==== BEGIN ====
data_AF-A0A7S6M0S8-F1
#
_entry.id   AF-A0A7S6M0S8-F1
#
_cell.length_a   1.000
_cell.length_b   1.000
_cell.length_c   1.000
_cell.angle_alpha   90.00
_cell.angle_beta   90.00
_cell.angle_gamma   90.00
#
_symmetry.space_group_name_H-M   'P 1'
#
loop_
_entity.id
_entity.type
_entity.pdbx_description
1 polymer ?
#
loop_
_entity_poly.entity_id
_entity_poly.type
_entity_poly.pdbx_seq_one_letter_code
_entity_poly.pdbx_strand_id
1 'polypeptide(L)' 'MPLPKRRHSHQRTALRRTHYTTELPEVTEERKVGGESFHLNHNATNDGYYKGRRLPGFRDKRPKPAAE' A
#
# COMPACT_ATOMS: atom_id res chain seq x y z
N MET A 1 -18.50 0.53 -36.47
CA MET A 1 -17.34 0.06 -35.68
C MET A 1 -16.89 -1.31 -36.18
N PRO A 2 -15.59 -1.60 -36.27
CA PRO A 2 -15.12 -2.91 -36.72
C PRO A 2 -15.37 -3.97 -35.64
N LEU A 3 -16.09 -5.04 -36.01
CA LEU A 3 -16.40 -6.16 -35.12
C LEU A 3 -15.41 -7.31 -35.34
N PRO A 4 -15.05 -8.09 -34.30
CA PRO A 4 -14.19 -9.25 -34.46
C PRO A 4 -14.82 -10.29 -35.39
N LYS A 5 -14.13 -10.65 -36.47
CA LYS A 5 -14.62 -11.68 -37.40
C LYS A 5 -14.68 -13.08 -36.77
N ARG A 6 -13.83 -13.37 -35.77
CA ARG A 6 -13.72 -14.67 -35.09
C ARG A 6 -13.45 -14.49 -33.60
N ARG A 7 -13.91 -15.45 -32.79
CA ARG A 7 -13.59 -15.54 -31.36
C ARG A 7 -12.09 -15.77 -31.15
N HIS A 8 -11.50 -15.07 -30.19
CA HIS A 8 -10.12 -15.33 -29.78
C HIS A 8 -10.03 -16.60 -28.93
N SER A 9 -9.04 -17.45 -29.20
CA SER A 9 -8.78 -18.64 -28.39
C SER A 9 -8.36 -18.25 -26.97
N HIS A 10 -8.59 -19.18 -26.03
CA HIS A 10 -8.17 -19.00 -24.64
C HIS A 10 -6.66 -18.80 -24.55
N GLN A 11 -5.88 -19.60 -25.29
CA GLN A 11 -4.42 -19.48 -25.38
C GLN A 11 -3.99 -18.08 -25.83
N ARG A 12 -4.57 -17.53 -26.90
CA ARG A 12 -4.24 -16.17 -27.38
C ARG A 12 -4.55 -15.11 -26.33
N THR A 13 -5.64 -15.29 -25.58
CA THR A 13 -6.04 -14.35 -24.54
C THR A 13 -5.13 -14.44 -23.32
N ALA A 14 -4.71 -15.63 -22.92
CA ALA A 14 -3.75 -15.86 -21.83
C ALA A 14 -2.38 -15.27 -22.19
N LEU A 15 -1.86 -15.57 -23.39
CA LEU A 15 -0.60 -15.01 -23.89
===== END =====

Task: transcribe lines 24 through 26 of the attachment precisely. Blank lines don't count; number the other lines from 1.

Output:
_entity_poly.pdbx_strand_id
1 'polypeptide(L)' 'MPLPKRRHSHQRTALRRTHYTTELPEVTEERKVGGESFHLNHNATNDGYYKGRRLPGFRDKRPKPAAE' A
#